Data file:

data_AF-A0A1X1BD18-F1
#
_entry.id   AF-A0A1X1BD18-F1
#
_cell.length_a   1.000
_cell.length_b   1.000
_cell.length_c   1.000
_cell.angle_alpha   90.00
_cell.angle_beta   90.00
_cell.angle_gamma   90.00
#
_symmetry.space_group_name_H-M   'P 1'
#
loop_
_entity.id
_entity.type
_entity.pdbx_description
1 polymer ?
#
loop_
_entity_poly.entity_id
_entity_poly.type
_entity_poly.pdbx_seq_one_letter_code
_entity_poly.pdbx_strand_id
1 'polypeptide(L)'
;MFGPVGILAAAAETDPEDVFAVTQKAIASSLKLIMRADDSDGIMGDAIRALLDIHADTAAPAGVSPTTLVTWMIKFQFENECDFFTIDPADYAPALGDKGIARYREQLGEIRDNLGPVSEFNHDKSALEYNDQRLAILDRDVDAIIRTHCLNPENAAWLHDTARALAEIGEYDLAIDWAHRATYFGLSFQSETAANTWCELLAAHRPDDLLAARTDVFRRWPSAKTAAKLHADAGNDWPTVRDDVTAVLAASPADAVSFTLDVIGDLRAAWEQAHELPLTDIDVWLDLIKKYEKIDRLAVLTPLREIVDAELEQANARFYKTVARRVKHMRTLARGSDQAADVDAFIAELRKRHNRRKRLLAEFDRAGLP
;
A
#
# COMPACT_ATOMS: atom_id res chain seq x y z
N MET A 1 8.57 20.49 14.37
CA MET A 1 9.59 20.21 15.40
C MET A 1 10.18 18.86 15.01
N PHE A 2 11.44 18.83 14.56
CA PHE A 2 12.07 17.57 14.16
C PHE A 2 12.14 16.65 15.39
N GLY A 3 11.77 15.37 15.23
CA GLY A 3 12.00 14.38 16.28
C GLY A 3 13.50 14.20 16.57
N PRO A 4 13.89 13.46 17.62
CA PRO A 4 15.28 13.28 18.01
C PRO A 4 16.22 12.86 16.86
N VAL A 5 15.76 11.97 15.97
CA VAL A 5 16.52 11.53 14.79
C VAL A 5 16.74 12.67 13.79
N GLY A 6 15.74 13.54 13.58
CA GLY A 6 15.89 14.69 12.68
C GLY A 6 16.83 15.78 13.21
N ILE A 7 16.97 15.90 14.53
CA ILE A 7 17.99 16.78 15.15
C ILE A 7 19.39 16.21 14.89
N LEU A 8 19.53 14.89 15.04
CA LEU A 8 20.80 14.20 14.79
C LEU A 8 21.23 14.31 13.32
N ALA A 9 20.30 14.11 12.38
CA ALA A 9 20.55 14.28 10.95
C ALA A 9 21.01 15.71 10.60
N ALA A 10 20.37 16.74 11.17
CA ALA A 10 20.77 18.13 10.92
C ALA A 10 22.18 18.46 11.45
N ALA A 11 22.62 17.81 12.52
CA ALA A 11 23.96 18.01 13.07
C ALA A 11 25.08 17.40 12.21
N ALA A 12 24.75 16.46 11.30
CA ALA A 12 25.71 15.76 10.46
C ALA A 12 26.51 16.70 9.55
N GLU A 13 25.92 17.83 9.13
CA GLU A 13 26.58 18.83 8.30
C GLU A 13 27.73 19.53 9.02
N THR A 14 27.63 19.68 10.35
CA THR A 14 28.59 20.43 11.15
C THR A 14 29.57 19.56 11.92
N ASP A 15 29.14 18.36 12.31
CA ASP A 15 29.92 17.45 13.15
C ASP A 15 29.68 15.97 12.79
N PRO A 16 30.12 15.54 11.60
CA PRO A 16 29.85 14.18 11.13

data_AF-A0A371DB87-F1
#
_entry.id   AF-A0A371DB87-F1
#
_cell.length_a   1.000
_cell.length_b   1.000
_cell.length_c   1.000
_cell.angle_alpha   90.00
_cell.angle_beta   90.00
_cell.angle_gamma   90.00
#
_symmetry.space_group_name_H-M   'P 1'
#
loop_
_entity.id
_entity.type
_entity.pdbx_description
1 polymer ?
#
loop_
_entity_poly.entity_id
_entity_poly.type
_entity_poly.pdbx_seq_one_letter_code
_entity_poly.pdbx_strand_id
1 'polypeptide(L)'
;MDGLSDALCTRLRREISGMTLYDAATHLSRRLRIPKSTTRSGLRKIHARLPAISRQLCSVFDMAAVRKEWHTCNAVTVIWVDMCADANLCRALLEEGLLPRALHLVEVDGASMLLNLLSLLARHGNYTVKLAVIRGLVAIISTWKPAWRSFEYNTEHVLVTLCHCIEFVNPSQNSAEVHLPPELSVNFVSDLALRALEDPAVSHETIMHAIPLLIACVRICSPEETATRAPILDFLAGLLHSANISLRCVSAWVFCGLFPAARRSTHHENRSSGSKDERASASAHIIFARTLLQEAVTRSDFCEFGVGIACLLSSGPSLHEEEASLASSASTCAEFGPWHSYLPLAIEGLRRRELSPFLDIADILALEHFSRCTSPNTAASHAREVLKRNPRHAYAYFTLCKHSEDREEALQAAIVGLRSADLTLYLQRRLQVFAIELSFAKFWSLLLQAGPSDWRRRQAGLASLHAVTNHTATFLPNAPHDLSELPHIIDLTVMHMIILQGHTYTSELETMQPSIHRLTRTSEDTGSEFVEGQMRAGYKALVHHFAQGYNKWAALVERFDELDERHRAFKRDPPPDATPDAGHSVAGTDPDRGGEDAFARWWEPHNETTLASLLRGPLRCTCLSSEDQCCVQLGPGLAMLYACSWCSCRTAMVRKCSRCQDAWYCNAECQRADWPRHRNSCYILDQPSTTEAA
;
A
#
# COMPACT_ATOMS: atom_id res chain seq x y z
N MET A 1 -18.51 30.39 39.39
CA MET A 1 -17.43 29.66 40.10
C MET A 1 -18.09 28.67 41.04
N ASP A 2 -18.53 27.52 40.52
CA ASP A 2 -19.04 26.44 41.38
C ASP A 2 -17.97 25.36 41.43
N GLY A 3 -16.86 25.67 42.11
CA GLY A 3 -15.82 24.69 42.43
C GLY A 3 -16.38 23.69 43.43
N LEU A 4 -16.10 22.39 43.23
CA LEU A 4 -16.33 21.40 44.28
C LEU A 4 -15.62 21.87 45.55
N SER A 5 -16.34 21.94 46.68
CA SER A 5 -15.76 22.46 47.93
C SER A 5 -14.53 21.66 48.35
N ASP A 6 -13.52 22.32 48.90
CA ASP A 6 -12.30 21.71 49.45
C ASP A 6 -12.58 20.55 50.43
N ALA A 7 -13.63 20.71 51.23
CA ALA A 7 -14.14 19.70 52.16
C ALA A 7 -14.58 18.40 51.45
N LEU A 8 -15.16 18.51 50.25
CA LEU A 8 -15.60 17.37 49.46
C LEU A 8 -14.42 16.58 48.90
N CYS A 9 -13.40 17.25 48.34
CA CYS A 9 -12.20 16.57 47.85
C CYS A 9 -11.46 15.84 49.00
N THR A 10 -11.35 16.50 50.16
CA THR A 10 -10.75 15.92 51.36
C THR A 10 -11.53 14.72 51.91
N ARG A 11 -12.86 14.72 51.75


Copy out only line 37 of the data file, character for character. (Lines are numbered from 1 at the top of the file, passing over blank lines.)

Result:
N GLY A 3 11.77 15.37 15.23